“Okay,” I said and rolled back over and closed my eyes. Myriah woke me up again.

“Maybe he’s right and we should leave now.”

“Well…how long does it take to get to the airport?”

“I’m not sure,” she admitted. “But according to my watch, we have over three hours before the flight.”

“Okay, well, that seems like plenty of time.”

“Yeah. Still. That’s not like him to be so concerned.”

She seemed really nervous she would miss her return flight as well, so to appease her, I said, “Alright. Why don’t we leave now to be safe? It can’t hurt to get there early.”

She agreed and we quickly packed up our things and left.

In the cab to the airport, I started to reflect on the trip and slowly, I began to notice a pattern. I asked the cab driver, “Sir? What time do you have?”


I turned to my sister. “What time do you have?”


“Uhhhh…Myriah, has your watch been set an hour behind THE WHOLE WEEK???”

We both froze and looked at each other. It all suddenly made sense. We missed our restaurant reservation by an hour, which is why they couldn’t seat us. The tour bus didn’t leave an hour early; we arrived an hour late. The bus service wasn’t running because it was already over by the time we started waiting. The store didn’t kick us out for odd unexplainable reasons. It was closing. The friends we tried to meet who never showed up, probably did show up and thought we were the no-shows. The museum that closed an hour earlier than it said in our guide book actually closed exactly on time; etc. etc. etc.

The French people weren’t such assholes after all. Instead, we were the stupid Americans.

Gavin and Mazzy laughed and laughed as my story came together. (I left out the French assholes part.)

“I can’t believe Ya-ya did that!!!!” Mazzy exclaimed.

“Me neither! I never trusted her with travel plans again!”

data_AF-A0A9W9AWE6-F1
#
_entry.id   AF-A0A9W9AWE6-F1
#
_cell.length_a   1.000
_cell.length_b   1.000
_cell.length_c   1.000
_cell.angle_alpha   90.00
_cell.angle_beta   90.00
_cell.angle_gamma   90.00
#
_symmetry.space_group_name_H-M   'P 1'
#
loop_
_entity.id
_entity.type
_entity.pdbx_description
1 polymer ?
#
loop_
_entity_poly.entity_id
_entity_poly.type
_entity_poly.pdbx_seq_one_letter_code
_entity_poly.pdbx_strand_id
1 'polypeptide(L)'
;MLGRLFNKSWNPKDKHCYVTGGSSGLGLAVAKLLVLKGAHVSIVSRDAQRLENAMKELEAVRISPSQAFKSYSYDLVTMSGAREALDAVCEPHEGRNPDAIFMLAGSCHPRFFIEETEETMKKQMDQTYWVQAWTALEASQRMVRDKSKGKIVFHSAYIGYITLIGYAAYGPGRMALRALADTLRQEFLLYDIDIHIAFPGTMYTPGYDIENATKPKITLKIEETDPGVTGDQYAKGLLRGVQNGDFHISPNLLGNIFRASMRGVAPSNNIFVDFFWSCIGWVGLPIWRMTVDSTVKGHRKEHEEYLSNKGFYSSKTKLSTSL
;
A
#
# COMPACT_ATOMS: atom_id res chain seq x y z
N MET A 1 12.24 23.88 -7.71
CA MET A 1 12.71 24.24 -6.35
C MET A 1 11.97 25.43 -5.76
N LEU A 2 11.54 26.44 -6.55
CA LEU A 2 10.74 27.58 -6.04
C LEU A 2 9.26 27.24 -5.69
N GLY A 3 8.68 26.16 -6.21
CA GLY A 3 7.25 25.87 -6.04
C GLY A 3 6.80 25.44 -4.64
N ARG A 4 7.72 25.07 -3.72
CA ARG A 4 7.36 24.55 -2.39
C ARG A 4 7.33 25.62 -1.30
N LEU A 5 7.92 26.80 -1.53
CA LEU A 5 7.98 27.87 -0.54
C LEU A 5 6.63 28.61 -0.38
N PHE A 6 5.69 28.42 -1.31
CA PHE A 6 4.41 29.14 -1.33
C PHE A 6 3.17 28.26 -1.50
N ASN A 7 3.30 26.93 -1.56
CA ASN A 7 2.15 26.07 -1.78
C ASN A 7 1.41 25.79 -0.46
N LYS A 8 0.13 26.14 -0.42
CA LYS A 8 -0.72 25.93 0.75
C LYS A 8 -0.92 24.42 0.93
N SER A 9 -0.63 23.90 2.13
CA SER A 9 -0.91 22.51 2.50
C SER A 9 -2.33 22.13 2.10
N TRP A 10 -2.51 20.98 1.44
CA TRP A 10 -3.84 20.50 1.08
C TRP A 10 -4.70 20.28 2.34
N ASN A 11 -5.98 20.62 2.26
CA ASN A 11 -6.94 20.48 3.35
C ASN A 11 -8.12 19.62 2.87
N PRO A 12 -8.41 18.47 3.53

“I can’t believe your phones didn’t tell the time!” Gavin was incredulous.

“I know. Olden times, man. We couldn’t even use our phones to take pictures. Had to carry a separate camera. And there was no GPS! We had to walk around with an ACTUAL MAP!”

“WOW.”  Mazzy and Gavin couldn’t believe it.

“Tell us another story, Ilana!!!!”

And that’s how the rest of our night went. Even as we walked to dinner and all the way through dessert, Seri and I took turns telling our stories and the kids just wanted MORE. There was nothing about potty training or their first steps. Just stories about our childhood, going to college and moving to Manhattan.

I talked about the time I dressed up as the Queen of Hearts as part of an ensemble Alice in Wonderland costume with my housemates in college. While they were all waiting in the car to go to a Halloween party, I ran into a bar to grab one of our friends to come with us. In the five minutes I was in that bar, an MC called my name as the winner of their costume contest. I got to go back to the car with my friend and a trophy.

I told them about the time my mom thought it would be a good idea to open the sunroof in our car during the Great Adventure African Safari and a giraffe stuck his head in, stole our grapes and then almost got his tongue stuck as we all screamed while she tried to close the sunroof back up with a VERY SLOW automatic button.

There were more stories that I won’t go into here (and many more that I really wish I could remember), but I swear, Gavin gave me a gift that day by asking me that question. He let Mazzy know that there was life before her and that it was something she found interesting.

I don’t know why it never occurred to me to tell my kids all my stories. I guess because I have been focusing so much energy telling parenting stories for the past seven years, I forgot that fun stuff happened before Mazzy and Harlow too.

When I think about it. My favorite stories, the stories that I remember as family legends growing up, were the ones my dad told us about growing up with his brother. Like the time he broke his brother’s fish tank and the downstairs neighbors came up to tell his parents that it was raining from their ceiling. Or about how his big brother used to always steal his dessert, so one day he baked brownies with ex-lax to get him back.

I wonder what stories Mazzy and Harlow will tell their kids when they get older? Maybe Mazzy will tell her kids about the time her mom made her trek through Paris in 100 degree weather and the only thing she wanted to do at the top of the Eiffel Tower was hide under a staircase to escape the heat.

At the very least, they’ll both have tons of material to remind them.